The A.V. Club, a sister publication of the satirical site The Onion, started in Madison, Wisconsin, in 1993. It moved to Chicago offices in 2004, and has shared office space with The Onion, which moved from New York in 2012. Now G/O Media wants A.V. Club to be in Los Angeles and closer to the industry it writes about. The A.V. Club has 18 total employees between offices in Los Angeles, Chicago and New York.
The Onion Union, which represents the A.V. Club employees, told The New York Times’ Katie Robertson, “In a time when employers have become increasingly flexible about where their employees live and work, G/O Media forcing workers to relocate to one of the most expensive cities in the world without proper compensation — and during one of the pandemic’s worst surges — is mind-boggling at best. At worst, it is shortsighted and cruel.”
In an email to Robertson, G/O Media spokesperson Mark Neschis said, “We are sorry that these Chicago staffers will not be making the move with The A.V. Club to Los Angeles. … We do regular compensation audits and we feel The A.V. Club’s pay scales are very competitive with the rest of the industry, and look forward to attracting top candidates to join the site.”
Channick wrote, “In addition to Adams, the Chicago staffers leaving the A.V. Club include Film Editor A.A. Dowd; TV Editor Danette Chavez; and Associate Editor Laura Adamczyk. Four of the employees including Adams have agreed to stay on until May 1, while three will stay through March 1 as the editorial locus shifts westward, Neschis said. All of the exiting Chicago employees will receive severance packages per the A.V. Club’s labor agreement with G/O Media, union spokesman Jason Gordon said.”
Being a former sportswriter, I compare this move to a big free agent signing in sports. Robert Costa, the top-notch national political reporter for The Washington Post, is going to CBS News as the chief election and campaign correspondent.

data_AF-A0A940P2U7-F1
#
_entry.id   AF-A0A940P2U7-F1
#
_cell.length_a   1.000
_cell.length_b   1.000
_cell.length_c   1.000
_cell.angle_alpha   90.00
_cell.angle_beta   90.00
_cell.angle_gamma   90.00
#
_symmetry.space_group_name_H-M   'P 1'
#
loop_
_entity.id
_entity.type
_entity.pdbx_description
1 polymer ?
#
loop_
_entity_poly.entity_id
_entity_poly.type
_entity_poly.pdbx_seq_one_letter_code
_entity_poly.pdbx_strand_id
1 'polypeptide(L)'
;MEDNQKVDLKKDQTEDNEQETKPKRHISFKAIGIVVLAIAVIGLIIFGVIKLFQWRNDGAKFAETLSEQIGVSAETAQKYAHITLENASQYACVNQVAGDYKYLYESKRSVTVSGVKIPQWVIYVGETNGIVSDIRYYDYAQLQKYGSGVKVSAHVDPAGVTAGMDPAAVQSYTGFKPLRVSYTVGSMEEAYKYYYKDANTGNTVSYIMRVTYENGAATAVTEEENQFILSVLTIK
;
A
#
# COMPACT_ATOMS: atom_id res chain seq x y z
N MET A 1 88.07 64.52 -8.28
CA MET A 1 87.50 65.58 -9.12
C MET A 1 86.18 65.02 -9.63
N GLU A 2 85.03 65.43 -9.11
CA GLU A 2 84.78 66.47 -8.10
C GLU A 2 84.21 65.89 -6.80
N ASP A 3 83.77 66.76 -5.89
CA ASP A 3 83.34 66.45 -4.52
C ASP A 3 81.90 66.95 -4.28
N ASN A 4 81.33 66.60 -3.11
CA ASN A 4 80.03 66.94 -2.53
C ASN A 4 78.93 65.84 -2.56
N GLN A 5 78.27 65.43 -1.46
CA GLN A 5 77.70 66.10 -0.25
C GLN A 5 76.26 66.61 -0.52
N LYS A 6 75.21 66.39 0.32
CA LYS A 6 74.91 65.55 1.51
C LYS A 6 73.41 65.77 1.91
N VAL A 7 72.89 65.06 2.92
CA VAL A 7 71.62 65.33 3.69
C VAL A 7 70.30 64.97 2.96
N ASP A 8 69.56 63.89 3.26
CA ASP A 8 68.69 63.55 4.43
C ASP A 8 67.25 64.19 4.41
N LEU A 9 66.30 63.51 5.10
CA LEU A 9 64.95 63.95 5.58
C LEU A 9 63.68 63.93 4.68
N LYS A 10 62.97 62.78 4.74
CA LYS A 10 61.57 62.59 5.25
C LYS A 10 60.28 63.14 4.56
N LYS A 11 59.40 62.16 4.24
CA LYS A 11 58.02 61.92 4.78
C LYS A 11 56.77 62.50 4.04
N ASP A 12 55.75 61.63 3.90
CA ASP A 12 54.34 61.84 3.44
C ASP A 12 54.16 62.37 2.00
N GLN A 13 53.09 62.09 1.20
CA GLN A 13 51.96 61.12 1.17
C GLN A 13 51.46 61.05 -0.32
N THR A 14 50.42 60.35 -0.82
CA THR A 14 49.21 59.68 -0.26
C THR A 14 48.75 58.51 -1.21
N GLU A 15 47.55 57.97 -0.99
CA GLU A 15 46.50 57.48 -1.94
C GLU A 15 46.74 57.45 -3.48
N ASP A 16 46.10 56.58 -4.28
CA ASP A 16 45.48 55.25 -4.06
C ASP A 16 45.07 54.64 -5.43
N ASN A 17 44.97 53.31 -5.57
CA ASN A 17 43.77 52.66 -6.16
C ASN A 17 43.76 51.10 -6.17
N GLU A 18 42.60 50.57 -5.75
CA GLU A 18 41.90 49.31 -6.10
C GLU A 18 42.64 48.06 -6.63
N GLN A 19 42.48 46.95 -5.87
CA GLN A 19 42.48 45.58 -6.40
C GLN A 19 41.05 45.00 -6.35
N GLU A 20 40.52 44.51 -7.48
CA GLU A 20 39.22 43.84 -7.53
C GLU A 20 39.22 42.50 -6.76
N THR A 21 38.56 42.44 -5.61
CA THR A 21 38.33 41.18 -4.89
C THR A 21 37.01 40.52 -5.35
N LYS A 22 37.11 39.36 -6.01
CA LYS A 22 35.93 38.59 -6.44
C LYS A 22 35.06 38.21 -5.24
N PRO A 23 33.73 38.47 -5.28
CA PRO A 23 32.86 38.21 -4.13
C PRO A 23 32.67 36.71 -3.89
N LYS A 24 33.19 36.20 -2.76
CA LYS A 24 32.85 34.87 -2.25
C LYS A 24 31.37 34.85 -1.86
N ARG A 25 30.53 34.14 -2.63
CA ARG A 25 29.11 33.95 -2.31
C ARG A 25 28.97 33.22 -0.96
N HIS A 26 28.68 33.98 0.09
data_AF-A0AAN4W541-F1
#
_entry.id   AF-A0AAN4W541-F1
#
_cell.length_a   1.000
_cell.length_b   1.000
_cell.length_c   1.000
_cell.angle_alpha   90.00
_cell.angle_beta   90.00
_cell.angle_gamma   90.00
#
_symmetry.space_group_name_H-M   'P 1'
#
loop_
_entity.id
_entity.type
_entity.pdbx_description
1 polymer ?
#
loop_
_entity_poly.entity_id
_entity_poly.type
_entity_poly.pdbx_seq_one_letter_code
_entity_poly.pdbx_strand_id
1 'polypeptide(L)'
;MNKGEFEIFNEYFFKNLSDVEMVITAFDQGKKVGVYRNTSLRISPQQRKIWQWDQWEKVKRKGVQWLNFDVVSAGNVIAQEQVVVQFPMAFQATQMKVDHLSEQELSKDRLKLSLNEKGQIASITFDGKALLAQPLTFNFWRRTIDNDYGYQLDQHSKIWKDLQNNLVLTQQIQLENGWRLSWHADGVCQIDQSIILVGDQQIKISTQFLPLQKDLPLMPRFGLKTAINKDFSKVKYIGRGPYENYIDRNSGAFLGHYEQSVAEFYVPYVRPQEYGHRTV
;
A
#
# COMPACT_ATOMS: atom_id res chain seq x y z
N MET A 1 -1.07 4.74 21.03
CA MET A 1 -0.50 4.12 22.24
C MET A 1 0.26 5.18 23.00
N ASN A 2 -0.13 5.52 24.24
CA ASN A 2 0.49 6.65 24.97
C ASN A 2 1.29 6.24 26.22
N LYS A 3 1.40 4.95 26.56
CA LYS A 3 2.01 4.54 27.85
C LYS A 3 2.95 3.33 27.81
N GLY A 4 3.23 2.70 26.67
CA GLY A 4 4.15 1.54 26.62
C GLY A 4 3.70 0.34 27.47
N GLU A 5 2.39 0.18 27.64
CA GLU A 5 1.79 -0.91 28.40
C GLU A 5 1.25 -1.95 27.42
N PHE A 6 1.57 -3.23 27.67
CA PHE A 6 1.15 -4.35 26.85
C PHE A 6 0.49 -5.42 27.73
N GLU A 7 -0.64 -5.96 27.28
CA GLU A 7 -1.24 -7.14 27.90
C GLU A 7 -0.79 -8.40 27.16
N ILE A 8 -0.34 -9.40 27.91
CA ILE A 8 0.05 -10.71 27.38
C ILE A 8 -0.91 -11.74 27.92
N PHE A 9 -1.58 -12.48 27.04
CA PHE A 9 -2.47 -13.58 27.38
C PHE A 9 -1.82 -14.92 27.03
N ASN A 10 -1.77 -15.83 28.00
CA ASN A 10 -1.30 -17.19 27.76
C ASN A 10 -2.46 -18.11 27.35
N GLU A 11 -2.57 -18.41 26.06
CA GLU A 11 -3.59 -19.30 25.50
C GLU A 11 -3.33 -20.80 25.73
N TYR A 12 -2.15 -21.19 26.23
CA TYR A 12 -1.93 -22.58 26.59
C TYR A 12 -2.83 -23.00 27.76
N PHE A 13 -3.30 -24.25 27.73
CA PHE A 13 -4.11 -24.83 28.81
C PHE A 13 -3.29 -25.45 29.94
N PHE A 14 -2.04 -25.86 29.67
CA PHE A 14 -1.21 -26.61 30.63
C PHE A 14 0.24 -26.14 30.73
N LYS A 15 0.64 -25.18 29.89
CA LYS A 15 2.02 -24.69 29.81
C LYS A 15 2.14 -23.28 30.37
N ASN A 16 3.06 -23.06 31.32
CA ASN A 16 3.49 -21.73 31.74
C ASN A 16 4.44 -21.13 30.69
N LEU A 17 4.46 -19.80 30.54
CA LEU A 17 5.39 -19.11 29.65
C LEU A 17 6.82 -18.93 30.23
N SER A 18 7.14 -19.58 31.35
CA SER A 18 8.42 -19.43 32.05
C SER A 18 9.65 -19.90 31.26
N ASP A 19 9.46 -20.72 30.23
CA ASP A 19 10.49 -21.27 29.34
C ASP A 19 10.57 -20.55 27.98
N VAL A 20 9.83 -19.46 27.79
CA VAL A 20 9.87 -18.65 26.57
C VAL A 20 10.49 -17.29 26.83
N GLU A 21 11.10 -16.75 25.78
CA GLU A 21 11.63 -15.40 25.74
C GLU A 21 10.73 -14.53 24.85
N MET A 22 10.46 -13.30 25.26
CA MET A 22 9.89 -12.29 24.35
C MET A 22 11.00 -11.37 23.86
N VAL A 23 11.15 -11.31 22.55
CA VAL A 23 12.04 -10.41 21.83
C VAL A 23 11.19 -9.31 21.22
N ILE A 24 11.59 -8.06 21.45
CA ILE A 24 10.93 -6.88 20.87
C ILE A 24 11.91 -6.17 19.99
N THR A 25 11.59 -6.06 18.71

In his announcement on Twitter, Costa said his reporting “will focus on the 2022 midterms, the 2024 election, and American democracy. Stay tuned for in-depth stories, scoops, investigations, and on-the-road reports.”
Costa added, “While I will now be working full-time at CBS News, it’s important to me to keep a bond with The Post. CBS News, me, and The Post plan to collaborate on occasional special projects and investigations. I look forward to those joint efforts.”
Costa has been with the Post since 2014. Before that, he worked at the National Review. He recently co-authored the book, “Peril,” with Bob Woodward about the final days of the Donald Trump administration.
Costa told The Associated Press’ David Bauder, “I really wanted to grow as a journalist and find new ways to tell the story of our political times. To me, there’s no place better than CBS News with its legacy and integrity to do that.”
Earlier this week, USA Today’s Christine Brennan broke the news that NBC Sports will not send announcers to China for the upcoming Winter Olympics because of COVID-19 concerns. Announcers will call the events remotely from the U.S.
Then Thursday, ESPN announced it will not send any of its reporters to China to cover the Games.
Norby Williamson, ESPN executive vice president for event and studio production and executive editor, said in a statement, “The safety of our employees is of utmost importance to us. With the pandemic continuing to be a global threat, and with the COVID-related on-site restrictions in place for the Olympics that would make coverage very challenging, we felt that keeping our people home was the best decision for us.”
ESPN had planned on sending four reporters to China. While those reporters will no longer go, ESPN said in its statement that it “will instead focus on covering the Games remotely with a robust plan that will roll out prior to the beginning of competition next month.”
A long drive away